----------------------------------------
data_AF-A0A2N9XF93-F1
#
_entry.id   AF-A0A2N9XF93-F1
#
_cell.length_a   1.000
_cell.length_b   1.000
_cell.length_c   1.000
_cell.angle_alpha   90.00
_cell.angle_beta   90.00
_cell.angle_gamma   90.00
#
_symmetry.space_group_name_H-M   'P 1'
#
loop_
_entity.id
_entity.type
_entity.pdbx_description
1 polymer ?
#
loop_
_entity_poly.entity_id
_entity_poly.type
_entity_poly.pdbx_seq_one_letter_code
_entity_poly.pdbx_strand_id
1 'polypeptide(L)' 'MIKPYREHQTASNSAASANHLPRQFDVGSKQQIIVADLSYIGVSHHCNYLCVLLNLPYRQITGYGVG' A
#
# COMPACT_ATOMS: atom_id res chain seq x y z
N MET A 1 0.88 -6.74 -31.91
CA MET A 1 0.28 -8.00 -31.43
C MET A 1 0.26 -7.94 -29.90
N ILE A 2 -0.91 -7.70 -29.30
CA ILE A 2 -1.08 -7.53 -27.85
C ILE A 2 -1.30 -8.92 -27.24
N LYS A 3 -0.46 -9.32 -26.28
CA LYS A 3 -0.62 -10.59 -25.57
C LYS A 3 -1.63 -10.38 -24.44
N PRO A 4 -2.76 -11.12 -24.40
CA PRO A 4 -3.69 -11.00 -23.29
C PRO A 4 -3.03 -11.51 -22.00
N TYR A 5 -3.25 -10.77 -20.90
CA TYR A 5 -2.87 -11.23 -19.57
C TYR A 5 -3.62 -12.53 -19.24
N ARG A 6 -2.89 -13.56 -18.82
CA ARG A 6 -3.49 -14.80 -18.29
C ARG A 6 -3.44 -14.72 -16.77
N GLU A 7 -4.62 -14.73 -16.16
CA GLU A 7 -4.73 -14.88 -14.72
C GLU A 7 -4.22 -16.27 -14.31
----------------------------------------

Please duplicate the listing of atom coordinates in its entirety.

data_AF-A0A2N9XF93-F1
#
_entry.id   AF-A0A2N9XF93-F1
#
_cell.length_a   1.000
_cell.length_b   1.000
_cell.length_c   1.000
_cell.angle_alpha   90.00
_cell.angle_beta   90.00
_cell.angle_gamma   90.00
#
_symmetry.space_group_name_H-M   'P 1'
#
loop_
_entity.id
_entity.type
_entity.pdbx_description
1 polymer ?
#
loop_
_entity_poly.entity_id
_entity_poly.type
_entity_poly.pdbx_seq_one_letter_code
_entity_poly.pdbx_strand_id
1 'polypeptide(L)' 'MIKPYREHQTASNSAASANHLPRQFDVGSKQQIIVADLSYIGVSHHCNYLCVLLNLPYRQITGYGVG' A
#
# COMPACT_ATOMS: atom_id res chain seq x y z
N MET A 1 0.88 -6.74 -31.91
CA MET A 1 0.28 -8.00 -31.43
C MET A 1 0.26 -7.94 -29.90
N ILE A 2 -0.91 -7.70 -29.30
CA ILE A 2 -1.08 -7.53 -27.85
C ILE A 2 -1.30 -8.92 -27.24
N LYS A 3 -0.46 -9.32 -26.28
CA LYS A 3 -0.62 -10.59 -25.57
C LYS A 3 -1.63 -10.38 -24.44
N PRO A 4 -2.76 -11.12 -24.40
CA PRO A 4 -3.69 -11.00 -23.29
C PRO A 4 -3.03 -11.51 -22.00
N TYR A 5 -3.25 -10.77 -20.90
CA TYR A 5 -2.87 -11.23 -19.57
C TYR A 5 -3.62 -12.53 -19.24
N ARG A 6 -2.89 -13.56 -18.82
CA ARG A 6 -3.49 -14.80 -18.29
C ARG A 6 -3.44 -14.72 -16.77
N GLU A 7 -4.62 -14.73 -16.16
CA GLU A 7 -4.73 -14.88 -14.72
C GLU A 7 -4.22 -16.27 -14.31